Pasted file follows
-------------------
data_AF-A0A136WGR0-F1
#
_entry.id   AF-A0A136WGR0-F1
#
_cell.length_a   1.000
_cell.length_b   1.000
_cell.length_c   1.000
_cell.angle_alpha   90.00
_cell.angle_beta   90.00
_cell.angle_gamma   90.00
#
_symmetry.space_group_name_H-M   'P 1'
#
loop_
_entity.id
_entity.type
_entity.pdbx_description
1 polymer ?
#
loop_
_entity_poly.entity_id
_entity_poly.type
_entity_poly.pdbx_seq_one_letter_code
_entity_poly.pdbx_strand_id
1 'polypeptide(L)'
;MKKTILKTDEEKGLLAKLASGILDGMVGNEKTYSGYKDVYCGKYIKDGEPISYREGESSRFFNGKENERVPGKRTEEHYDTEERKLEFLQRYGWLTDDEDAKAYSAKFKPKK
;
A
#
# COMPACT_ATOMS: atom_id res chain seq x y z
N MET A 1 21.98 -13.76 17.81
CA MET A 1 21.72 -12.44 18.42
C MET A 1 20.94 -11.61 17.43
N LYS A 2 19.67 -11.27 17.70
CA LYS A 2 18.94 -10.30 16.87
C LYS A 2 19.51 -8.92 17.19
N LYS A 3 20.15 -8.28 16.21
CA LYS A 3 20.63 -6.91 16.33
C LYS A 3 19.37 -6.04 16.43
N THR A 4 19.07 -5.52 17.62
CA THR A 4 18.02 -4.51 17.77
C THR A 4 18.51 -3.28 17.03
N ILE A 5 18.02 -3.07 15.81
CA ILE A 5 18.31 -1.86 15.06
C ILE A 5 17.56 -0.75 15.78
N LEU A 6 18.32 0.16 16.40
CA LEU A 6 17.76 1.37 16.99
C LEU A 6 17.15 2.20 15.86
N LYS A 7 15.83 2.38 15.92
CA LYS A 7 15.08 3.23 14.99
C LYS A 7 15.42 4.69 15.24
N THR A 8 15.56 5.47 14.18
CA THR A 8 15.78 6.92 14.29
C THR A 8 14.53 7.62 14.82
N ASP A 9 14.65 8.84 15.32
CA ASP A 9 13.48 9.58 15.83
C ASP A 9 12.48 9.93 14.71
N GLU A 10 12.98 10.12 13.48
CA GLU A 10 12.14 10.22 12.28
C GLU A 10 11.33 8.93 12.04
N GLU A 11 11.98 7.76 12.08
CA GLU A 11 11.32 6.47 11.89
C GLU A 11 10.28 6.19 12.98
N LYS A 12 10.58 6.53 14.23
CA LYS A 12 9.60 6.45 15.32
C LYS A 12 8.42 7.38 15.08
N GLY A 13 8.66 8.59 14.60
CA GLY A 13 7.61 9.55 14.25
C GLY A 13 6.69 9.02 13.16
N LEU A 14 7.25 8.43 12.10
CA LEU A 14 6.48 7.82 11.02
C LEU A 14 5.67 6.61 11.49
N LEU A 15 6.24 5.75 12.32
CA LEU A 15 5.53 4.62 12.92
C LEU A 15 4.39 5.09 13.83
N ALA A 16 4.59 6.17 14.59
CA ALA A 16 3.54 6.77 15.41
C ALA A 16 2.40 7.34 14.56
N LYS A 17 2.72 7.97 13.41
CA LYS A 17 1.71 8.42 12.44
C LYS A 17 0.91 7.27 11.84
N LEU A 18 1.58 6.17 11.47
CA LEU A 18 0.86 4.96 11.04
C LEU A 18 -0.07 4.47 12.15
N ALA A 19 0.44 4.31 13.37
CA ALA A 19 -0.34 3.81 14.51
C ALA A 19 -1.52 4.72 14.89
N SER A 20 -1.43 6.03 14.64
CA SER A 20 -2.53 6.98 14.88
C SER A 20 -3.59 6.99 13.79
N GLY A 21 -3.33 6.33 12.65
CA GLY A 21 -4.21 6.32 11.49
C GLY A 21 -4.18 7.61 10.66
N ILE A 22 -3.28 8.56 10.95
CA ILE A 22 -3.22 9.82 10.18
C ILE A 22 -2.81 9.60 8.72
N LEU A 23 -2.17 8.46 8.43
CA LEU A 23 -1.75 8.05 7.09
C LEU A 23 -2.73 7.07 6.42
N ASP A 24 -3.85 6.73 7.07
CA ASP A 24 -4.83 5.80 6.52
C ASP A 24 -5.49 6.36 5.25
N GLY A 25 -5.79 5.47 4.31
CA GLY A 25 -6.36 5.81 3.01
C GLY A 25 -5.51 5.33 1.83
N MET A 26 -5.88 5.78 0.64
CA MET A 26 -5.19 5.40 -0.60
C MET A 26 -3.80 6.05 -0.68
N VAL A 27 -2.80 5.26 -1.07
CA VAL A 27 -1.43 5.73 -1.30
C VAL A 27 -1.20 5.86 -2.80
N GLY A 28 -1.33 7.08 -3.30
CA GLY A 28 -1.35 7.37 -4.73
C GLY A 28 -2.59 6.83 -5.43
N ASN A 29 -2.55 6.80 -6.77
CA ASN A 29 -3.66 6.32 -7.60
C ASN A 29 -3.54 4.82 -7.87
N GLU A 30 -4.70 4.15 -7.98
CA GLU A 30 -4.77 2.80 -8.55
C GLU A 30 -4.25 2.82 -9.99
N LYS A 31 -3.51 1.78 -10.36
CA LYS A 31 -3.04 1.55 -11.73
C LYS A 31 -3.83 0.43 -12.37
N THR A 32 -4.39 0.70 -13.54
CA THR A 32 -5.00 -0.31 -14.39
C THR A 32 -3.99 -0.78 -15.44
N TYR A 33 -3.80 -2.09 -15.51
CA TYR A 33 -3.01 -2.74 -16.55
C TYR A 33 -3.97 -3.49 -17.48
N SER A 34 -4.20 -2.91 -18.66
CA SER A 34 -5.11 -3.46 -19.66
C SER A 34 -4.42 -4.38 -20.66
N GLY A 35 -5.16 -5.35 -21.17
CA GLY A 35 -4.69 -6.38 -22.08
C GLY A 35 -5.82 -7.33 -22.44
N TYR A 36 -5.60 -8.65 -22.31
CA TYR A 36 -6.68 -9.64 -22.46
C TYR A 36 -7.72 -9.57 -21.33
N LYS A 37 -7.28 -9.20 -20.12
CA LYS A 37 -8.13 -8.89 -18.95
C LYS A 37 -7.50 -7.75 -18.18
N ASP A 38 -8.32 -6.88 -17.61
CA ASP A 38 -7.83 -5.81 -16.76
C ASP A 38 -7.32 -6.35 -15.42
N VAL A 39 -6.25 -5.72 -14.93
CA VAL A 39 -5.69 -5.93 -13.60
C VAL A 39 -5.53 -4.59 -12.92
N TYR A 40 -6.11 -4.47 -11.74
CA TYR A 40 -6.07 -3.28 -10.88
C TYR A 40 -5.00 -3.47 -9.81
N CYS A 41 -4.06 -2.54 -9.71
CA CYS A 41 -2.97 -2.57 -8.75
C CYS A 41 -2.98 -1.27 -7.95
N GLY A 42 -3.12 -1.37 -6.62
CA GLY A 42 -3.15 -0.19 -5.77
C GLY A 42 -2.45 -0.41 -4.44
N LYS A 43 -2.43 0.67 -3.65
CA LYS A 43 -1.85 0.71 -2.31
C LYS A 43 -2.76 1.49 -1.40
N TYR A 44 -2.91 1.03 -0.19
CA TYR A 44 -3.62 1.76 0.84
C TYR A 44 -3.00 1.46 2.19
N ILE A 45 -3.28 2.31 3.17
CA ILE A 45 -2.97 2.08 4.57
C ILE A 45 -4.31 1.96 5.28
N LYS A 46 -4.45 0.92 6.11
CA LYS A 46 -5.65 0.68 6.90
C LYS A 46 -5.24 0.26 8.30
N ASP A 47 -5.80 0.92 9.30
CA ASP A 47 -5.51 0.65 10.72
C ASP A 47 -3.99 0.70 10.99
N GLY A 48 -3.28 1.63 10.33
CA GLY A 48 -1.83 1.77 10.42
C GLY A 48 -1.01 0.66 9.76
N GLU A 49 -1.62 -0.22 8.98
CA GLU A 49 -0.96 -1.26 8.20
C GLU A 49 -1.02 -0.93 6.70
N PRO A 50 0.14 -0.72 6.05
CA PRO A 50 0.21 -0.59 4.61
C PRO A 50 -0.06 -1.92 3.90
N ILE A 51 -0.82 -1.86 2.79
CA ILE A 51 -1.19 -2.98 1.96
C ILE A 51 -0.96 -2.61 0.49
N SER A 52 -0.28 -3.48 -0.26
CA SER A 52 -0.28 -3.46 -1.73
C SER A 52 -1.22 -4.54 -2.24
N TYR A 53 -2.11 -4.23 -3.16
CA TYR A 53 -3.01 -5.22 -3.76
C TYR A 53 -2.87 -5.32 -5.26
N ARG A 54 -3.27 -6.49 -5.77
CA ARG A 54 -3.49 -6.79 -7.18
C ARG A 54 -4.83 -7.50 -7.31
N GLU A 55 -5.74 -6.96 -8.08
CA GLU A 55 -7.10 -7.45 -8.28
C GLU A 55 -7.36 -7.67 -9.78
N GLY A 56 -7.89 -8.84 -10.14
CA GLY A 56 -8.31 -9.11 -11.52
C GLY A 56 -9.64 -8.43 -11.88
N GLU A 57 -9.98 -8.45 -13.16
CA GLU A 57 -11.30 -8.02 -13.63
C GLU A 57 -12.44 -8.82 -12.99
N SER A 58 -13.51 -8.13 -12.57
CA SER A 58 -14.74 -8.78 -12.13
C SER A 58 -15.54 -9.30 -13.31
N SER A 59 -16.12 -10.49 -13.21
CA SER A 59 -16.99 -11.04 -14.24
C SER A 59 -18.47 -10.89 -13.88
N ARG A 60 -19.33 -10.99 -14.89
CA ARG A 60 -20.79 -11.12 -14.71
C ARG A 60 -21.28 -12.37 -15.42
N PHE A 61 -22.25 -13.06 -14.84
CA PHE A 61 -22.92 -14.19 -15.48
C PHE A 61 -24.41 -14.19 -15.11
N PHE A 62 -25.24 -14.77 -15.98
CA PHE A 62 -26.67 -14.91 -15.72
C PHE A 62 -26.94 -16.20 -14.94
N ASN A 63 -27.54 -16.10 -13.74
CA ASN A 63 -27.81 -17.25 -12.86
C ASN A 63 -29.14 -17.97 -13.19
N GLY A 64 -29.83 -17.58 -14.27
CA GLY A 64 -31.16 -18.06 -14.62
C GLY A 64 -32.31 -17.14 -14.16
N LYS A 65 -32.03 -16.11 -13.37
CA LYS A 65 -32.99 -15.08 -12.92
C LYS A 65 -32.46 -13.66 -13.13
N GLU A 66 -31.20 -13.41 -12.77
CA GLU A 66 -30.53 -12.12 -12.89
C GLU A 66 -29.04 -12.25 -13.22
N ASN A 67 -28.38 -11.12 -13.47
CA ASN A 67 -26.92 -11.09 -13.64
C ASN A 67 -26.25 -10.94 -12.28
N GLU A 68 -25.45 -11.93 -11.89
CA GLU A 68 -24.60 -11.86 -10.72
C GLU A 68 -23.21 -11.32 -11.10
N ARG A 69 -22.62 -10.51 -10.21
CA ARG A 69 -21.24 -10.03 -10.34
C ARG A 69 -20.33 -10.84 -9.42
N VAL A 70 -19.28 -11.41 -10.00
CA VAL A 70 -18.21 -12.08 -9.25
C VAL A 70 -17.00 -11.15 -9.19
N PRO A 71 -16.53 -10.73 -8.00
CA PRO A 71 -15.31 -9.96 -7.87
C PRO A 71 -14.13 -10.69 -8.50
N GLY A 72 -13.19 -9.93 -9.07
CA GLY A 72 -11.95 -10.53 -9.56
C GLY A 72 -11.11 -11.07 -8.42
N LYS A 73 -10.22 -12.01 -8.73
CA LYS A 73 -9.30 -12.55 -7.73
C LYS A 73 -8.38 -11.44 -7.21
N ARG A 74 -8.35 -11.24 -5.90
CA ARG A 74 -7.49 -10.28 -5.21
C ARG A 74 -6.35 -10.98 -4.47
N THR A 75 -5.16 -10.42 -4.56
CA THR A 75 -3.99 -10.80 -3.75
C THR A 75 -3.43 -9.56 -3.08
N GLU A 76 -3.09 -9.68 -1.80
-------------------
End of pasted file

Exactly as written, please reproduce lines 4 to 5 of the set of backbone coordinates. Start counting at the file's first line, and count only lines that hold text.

#
_cell.length_a   1.000